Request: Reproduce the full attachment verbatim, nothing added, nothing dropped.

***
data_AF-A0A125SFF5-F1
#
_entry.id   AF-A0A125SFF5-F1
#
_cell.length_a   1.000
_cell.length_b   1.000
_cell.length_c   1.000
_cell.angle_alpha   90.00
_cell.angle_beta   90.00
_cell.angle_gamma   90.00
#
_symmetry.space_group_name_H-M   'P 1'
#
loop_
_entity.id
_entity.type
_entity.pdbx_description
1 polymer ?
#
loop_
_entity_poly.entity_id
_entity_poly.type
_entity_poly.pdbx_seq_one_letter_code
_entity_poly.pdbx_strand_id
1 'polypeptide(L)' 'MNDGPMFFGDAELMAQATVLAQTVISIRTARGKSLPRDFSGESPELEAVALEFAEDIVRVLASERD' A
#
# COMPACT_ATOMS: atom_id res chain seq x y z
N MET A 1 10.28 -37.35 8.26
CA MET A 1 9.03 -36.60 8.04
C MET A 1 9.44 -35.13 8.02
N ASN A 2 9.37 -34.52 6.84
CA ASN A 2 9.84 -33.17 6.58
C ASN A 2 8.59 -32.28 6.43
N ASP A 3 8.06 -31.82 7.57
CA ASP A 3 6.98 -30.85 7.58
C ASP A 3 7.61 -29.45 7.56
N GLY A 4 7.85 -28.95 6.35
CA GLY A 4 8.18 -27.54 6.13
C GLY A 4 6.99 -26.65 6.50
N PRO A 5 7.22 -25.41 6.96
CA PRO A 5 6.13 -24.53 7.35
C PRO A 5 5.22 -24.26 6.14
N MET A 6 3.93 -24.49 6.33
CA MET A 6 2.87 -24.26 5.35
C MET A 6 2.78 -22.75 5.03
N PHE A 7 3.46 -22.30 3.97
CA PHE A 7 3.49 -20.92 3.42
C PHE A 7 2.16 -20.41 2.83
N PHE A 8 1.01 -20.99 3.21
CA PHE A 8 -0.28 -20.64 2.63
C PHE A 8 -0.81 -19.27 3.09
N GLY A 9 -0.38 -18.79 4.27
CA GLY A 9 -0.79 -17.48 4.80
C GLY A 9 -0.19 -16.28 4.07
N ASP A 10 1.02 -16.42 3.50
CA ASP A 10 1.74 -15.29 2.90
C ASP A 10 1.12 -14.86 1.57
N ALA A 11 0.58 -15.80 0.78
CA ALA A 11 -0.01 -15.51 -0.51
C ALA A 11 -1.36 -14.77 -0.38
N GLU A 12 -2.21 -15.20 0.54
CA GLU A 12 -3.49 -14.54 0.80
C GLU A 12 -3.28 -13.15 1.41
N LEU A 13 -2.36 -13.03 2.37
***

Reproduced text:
data_AF-A0A125SFF5-F1
#
_entry.id   AF-A0A125SFF5-F1
#
_cell.length_a   1.000
_cell.length_b   1.000
_cell.length_c   1.000
_cell.angle_alpha   90.00
_cell.angle_beta   90.00
_cell.angle_gamma   90.00
#
_symmetry.space_group_name_H-M   'P 1'
#
loop_
_entity.id
_entity.type
_entity.pdbx_description
1 polymer ?
#
loop_
_entity_poly.entity_id
_entity_poly.type
_entity_poly.pdbx_seq_one_letter_code
_entity_poly.pdbx_strand_id
1 'polypeptide(L)' 'MNDGPMFFGDAELMAQATVLAQTVISIRTARGKSLPRDFSGESPELEAVALEFAEDIVRVLASERD' A
#
# COMPACT_ATOMS: atom_id res chain seq x y z
N MET A 1 10.28 -37.35 8.26
CA MET A 1 9.03 -36.60 8.04
C MET A 1 9.44 -35.13 8.02
N ASN A 2 9.37 -34.52 6.84
CA ASN A 2 9.84 -33.17 6.58
C ASN A 2 8.59 -32.28 6.43
N ASP A 3 8.06 -31.82 7.57
CA ASP A 3 6.98 -30.85 7.58
C ASP A 3 7.61 -29.45 7.56
N GLY A 4 7.85 -28.95 6.35
CA GLY A 4 8.18 -27.54 6.13
C GLY A 4 6.99 -26.65 6.50
N PRO A 5 7.22 -25.41 6.96
CA PRO A 5 6.13 -24.53 7.35
C PRO A 5 5.22 -24.26 6.14
N MET A 6 3.93 -24.49 6.33
CA MET A 6 2.87 -24.26 5.35
C MET A 6 2.78 -22.75 5.03
N PHE A 7 3.46 -22.30 3.97
CA PHE A 7 3.49 -20.92 3.42
C PHE A 7 2.16 -20.41 2.83
N PHE A 8 1.01 -20.99 3.21
CA PHE A 8 -0.28 -20.64 2.63
C PHE A 8 -0.81 -19.27 3.09
N GLY A 9 -0.38 -18.79 4.27
CA GLY A 9 -0.79 -17.48 4.80
C GLY A 9 -0.19 -16.28 4.07
N ASP A 10 1.02 -16.42 3.50
CA ASP A 10 1.74 -15.29 2.90
C ASP A 10 1.12 -14.86 1.57
N ALA A 11 0.58 -15.80 0.78
CA ALA A 11 -0.01 -15.51 -0.51
C ALA A 11 -1.36 -14.77 -0.38
N GLU A 12 -2.21 -15.20 0.54
CA GLU A 12 -3.49 -14.54 0.80
C GLU A 12 -3.28 -13.15 1.41
N LEU A 13 -2.36 -13.03 2.37